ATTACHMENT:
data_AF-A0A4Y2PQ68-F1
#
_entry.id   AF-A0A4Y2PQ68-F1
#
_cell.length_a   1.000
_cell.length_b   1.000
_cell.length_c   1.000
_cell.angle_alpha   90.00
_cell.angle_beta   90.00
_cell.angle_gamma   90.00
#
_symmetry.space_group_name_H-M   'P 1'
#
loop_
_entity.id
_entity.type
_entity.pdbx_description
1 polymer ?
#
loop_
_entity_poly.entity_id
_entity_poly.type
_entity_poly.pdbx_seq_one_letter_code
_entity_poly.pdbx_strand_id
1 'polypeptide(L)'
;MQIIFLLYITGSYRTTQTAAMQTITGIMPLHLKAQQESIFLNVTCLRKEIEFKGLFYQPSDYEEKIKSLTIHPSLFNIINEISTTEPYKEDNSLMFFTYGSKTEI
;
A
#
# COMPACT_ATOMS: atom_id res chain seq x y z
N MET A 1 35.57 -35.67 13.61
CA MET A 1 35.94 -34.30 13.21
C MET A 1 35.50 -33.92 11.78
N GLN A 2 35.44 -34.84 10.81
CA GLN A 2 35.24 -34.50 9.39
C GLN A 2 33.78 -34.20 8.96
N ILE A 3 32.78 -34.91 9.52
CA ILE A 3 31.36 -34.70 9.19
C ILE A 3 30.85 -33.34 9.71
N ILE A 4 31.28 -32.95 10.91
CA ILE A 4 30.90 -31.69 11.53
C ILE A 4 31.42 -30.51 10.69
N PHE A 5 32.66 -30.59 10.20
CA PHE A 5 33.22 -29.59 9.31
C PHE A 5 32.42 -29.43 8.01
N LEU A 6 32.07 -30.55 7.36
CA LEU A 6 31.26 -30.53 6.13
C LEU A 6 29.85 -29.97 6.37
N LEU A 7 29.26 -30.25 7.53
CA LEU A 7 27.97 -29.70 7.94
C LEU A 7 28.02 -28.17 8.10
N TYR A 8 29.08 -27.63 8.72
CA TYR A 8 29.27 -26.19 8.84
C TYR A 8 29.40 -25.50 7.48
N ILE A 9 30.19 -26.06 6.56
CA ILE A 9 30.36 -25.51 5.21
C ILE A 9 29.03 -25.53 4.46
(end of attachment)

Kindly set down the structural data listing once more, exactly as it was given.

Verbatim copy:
data_AF-A0A4Y2PQ68-F1
#
_entry.id   AF-A0A4Y2PQ68-F1
#
_cell.length_a   1.000
_cell.length_b   1.000
_cell.length_c   1.000
_cell.angle_alpha   90.00
_cell.angle_beta   90.00
_cell.angle_gamma   90.00
#
_symmetry.space_group_name_H-M   'P 1'
#
loop_
_entity.id
_entity.type
_entity.pdbx_description
1 polymer ?
#
loop_
_entity_poly.entity_id
_entity_poly.type
_entity_poly.pdbx_seq_one_letter_code
_entity_poly.pdbx_strand_id
1 'polypeptide(L)'
;MQIIFLLYITGSYRTTQTAAMQTITGIMPLHLKAQQESIFLNVTCLRKEIEFKGLFYQPSDYEEKIKSLTIHPSLFNIINEISTTEPYKEDNSLMFFTYGSKTEI
;
A
#
# COMPACT_ATOMS: atom_id res chain seq x y z
N MET A 1 35.57 -35.67 13.61
CA MET A 1 35.94 -34.30 13.21
C MET A 1 35.50 -33.92 11.78
N GLN A 2 35.44 -34.84 10.81
CA GLN A 2 35.24 -34.50 9.39
C GLN A 2 33.78 -34.20 8.96
N ILE A 3 32.78 -34.91 9.52
CA ILE A 3 31.36 -34.70 9.19
C ILE A 3 30.85 -33.34 9.71
N ILE A 4 31.28 -32.95 10.91
CA ILE A 4 30.90 -31.69 11.53
C ILE A 4 31.42 -30.51 10.69
N PHE A 5 32.66 -30.59 10.20
CA PHE A 5 33.22 -29.59 9.31
C PHE A 5 32.42 -29.43 8.01
N LEU A 6 32.07 -30.55 7.36
CA LEU A 6 31.26 -30.53 6.13
C LEU A 6 29.85 -29.97 6.37
N LEU A 7 29.26 -30.25 7.53
CA LEU A 7 27.97 -29.70 7.94
C LEU A 7 28.02 -28.17 8.10
N TYR A 8 29.08 -27.63 8.72
CA TYR A 8 29.27 -26.19 8.84
C TYR A 8 29.40 -25.50 7.48
N ILE A 9 30.19 -26.06 6.56
CA ILE A 9 30.36 -25.51 5.21
C ILE A 9 29.03 -25.53 4.46